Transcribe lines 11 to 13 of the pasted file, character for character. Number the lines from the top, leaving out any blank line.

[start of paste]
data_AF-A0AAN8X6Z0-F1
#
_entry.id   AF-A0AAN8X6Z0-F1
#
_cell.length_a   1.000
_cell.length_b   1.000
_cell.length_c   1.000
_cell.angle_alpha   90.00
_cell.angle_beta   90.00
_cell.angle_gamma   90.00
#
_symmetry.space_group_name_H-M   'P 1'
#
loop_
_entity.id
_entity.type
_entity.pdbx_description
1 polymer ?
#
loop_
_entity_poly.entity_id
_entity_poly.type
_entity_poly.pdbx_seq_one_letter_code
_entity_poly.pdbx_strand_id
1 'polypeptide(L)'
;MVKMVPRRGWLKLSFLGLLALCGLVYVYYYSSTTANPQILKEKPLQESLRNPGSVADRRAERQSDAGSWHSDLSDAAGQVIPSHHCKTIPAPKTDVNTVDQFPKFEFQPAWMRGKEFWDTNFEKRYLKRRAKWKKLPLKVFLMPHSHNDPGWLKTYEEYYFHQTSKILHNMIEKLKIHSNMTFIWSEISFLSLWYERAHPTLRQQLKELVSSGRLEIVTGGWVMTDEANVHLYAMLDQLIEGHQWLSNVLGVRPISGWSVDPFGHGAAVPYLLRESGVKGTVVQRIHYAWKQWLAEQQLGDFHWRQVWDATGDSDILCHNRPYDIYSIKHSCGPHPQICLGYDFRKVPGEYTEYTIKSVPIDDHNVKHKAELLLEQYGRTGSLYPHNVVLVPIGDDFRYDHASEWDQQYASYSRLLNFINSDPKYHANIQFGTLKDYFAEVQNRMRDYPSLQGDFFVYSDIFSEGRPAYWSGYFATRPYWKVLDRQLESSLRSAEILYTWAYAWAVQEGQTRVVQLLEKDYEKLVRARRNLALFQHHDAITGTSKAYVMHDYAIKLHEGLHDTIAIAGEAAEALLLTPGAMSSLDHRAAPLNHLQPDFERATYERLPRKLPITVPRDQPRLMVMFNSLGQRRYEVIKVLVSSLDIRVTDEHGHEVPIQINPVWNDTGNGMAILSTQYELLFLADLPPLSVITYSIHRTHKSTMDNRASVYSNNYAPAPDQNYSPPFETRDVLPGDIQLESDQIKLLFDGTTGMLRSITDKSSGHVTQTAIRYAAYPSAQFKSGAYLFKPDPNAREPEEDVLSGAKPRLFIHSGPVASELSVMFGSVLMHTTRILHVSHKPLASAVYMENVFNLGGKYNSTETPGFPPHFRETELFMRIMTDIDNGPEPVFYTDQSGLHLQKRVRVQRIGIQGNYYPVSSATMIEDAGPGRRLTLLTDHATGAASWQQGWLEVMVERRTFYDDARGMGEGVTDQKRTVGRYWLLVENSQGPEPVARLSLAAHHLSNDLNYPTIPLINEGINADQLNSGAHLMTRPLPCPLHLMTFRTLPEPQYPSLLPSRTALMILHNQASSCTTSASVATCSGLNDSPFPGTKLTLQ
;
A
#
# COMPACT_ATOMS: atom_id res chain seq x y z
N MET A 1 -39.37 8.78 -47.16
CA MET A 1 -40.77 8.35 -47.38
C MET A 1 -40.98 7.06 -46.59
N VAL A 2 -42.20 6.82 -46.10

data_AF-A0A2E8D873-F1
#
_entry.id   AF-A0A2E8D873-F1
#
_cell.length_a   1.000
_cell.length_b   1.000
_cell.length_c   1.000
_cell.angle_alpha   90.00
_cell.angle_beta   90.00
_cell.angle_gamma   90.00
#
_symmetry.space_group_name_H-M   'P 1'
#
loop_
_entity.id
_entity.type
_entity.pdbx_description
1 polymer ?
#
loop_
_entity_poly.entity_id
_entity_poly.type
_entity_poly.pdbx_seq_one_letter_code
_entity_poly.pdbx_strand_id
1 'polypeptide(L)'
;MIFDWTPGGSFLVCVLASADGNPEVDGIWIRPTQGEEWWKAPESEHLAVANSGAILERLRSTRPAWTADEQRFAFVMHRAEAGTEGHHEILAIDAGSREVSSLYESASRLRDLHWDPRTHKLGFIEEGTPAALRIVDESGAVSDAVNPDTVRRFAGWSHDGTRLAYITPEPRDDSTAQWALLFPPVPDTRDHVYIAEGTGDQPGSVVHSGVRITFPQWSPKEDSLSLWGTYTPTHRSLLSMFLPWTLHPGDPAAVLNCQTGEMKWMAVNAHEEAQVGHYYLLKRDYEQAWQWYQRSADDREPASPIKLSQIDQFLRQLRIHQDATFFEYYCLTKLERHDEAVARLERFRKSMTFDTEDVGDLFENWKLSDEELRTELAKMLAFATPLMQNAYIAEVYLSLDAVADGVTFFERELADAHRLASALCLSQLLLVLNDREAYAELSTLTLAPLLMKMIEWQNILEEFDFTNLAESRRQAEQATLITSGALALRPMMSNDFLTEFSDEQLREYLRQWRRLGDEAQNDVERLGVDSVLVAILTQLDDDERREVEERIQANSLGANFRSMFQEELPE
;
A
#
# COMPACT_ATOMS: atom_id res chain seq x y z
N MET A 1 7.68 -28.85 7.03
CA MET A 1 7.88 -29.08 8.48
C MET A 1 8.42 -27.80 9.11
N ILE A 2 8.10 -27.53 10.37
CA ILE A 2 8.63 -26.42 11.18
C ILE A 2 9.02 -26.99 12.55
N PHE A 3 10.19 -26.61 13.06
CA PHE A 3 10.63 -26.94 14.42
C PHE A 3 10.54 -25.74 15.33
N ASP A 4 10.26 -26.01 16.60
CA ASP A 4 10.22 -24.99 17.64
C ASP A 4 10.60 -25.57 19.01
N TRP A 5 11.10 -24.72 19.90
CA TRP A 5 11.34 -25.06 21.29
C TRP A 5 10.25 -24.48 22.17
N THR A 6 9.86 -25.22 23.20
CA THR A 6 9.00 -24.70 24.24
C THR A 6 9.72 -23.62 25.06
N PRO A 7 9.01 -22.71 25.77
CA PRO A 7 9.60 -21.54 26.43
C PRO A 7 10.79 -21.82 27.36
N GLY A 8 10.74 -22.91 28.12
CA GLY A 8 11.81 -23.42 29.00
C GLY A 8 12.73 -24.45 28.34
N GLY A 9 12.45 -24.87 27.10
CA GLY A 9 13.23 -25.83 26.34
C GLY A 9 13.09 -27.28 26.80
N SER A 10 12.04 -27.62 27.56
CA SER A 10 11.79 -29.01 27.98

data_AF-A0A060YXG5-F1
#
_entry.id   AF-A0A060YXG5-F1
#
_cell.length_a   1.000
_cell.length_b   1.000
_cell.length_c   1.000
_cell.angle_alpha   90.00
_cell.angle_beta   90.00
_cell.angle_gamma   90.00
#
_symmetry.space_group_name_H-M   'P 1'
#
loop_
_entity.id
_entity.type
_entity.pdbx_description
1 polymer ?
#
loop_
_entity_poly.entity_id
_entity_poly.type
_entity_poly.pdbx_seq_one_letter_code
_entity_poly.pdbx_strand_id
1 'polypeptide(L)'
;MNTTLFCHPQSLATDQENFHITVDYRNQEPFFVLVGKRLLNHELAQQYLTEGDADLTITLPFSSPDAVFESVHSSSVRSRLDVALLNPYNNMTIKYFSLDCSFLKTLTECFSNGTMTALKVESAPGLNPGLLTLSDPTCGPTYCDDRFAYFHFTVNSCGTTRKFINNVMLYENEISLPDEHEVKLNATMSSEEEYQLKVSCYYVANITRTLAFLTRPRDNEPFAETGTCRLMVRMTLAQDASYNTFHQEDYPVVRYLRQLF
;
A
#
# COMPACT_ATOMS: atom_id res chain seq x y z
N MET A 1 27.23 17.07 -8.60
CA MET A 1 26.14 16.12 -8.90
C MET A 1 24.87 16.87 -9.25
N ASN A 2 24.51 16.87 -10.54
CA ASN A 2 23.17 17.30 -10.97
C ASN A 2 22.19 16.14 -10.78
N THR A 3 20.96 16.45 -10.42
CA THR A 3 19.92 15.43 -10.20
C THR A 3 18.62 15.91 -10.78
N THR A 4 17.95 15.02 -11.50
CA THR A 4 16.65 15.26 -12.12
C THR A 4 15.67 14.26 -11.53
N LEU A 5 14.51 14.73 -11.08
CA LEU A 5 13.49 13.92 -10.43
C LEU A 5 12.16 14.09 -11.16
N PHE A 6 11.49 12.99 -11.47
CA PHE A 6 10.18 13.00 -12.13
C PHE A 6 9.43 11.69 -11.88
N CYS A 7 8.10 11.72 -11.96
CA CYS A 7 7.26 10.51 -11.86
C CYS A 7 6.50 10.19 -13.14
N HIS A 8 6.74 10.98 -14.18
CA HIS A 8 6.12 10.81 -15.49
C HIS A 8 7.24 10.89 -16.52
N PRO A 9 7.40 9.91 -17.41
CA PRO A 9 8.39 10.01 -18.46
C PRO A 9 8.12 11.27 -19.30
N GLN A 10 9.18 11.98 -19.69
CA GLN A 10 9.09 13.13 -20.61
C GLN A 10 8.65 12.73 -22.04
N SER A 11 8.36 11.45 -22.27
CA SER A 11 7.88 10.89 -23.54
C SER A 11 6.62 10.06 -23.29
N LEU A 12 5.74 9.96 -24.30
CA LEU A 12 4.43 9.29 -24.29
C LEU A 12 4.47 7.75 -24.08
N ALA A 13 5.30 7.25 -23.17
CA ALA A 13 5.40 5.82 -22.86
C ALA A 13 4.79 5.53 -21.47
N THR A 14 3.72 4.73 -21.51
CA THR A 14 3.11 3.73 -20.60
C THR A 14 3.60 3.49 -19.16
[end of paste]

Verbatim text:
#
_symmetry.space_group_name_H-M   'P 1'
#